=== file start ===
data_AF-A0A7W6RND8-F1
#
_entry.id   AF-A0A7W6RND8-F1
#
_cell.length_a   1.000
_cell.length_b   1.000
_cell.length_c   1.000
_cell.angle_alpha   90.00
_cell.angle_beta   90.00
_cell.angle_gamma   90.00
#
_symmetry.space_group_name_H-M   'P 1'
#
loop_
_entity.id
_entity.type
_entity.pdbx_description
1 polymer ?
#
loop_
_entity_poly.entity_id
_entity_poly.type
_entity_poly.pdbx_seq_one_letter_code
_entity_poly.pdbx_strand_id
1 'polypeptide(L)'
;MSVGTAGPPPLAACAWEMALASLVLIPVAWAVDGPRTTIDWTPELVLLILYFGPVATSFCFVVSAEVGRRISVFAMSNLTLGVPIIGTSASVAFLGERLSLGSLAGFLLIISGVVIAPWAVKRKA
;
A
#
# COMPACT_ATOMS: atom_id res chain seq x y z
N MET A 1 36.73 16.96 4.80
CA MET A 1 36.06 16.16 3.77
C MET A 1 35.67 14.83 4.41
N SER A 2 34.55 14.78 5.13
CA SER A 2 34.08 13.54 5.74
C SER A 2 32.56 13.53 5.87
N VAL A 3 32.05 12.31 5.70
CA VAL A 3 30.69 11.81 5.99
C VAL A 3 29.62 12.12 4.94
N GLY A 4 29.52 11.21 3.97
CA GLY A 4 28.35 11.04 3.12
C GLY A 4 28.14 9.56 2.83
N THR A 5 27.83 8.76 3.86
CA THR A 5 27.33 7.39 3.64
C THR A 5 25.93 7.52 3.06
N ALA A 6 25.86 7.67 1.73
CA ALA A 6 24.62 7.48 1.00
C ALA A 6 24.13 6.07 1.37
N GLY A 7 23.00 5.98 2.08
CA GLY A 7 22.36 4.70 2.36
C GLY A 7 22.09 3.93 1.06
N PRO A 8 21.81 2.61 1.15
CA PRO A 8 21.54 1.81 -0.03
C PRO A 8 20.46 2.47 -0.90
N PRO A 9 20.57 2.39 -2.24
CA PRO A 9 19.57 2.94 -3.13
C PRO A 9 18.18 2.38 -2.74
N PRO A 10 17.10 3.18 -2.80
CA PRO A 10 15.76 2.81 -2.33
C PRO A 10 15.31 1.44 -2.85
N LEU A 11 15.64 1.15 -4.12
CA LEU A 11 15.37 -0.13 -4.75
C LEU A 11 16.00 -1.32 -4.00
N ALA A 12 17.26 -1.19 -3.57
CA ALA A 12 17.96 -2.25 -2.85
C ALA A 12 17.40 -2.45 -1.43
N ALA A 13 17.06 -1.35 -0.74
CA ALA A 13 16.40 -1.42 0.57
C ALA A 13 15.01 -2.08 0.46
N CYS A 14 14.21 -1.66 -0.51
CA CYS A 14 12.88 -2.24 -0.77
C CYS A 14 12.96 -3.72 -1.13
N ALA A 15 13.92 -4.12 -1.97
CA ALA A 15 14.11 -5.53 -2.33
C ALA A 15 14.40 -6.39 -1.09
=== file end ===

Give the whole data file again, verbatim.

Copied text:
data_AF-A0A7W6RND8-F1
#
_entry.id   AF-A0A7W6RND8-F1
#
_cell.length_a   1.000
_cell.length_b   1.000
_cell.length_c   1.000
_cell.angle_alpha   90.00
_cell.angle_beta   90.00
_cell.angle_gamma   90.00
#
_symmetry.space_group_name_H-M   'P 1'
#
loop_
_entity.id
_entity.type
_entity.pdbx_description
1 polymer ?
#
loop_
_entity_poly.entity_id
_entity_poly.type
_entity_poly.pdbx_seq_one_letter_code
_entity_poly.pdbx_strand_id
1 'polypeptide(L)'
;MSVGTAGPPPLAACAWEMALASLVLIPVAWAVDGPRTTIDWTPELVLLILYFGPVATSFCFVVSAEVGRRISVFAMSNLTLGVPIIGTSASVAFLGERLSLGSLAGFLLIISGVVIAPWAVKRKA
;
A
#
# COMPACT_ATOMS: atom_id res chain seq x y z
N MET A 1 36.73 16.96 4.80
CA MET A 1 36.06 16.16 3.77
C MET A 1 35.67 14.83 4.41
N SER A 2 34.55 14.78 5.13
CA SER A 2 34.08 13.54 5.74
C SER A 2 32.56 13.53 5.87
N VAL A 3 32.05 12.31 5.70
CA VAL A 3 30.69 11.81 5.99
C VAL A 3 29.62 12.12 4.94
N GLY A 4 29.52 11.21 3.97
CA GLY A 4 28.35 11.04 3.12
C GLY A 4 28.14 9.56 2.83
N THR A 5 27.83 8.76 3.86
CA THR A 5 27.33 7.39 3.64
C THR A 5 25.93 7.52 3.06
N ALA A 6 25.86 7.67 1.73
CA ALA A 6 24.62 7.48 1.00
C ALA A 6 24.13 6.07 1.37
N GLY A 7 23.00 5.98 2.08
CA GLY A 7 22.36 4.70 2.36
C GLY A 7 22.09 3.93 1.06
N PRO A 8 21.81 2.61 1.15
CA PRO A 8 21.54 1.81 -0.03
C PRO A 8 20.46 2.47 -0.90
N PRO A 9 20.57 2.39 -2.24
CA PRO A 9 19.57 2.94 -3.13
C PRO A 9 18.18 2.38 -2.74
N PRO A 10 17.10 3.18 -2.80
CA PRO A 10 15.76 2.81 -2.33
C PRO A 10 15.31 1.44 -2.85
N LEU A 11 15.64 1.15 -4.12
CA LEU A 11 15.37 -0.13 -4.75
C LEU A 11 16.00 -1.32 -4.00
N ALA A 12 17.26 -1.19 -3.57
CA ALA A 12 17.96 -2.25 -2.85
C ALA A 12 17.40 -2.45 -1.43
N ALA A 13 17.06 -1.35 -0.74
CA ALA A 13 16.40 -1.42 0.57
C ALA A 13 15.01 -2.08 0.46
N CYS A 14 14.21 -1.66 -0.51
CA CYS A 14 12.88 -2.24 -0.77
C CYS A 14 12.96 -3.72 -1.13
N ALA A 15 13.92 -4.12 -1.97
CA ALA A 15 14.11 -5.53 -2.33
C ALA A 15 14.40 -6.39 -1.09